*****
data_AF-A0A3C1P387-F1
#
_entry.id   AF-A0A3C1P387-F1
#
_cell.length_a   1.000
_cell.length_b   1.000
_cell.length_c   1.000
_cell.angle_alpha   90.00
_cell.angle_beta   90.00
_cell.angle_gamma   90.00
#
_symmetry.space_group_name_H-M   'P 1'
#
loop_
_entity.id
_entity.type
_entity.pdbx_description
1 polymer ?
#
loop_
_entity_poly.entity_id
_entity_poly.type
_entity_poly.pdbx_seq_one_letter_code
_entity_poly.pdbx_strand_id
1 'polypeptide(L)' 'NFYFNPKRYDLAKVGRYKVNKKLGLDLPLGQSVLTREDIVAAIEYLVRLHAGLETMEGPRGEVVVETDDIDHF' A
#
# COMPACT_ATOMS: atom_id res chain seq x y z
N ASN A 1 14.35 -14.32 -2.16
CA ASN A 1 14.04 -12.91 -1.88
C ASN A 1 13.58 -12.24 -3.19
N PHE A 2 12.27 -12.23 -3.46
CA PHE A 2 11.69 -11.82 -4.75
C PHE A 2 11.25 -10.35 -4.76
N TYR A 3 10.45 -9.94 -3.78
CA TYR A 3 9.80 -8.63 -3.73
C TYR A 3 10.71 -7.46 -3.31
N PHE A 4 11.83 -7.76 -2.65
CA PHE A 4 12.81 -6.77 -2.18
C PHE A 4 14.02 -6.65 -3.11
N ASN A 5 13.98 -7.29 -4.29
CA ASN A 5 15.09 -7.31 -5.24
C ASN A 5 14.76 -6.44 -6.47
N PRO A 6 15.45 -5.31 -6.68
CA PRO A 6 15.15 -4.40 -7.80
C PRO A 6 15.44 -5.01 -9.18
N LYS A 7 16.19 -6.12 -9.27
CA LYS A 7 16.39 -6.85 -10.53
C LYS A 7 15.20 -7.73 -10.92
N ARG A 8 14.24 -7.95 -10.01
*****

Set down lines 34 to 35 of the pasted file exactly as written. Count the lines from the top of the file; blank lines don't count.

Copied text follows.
N TYR A 3 10.45 -9.94 -3.78
CA TYR A 3 9.80 -8.63 -3.73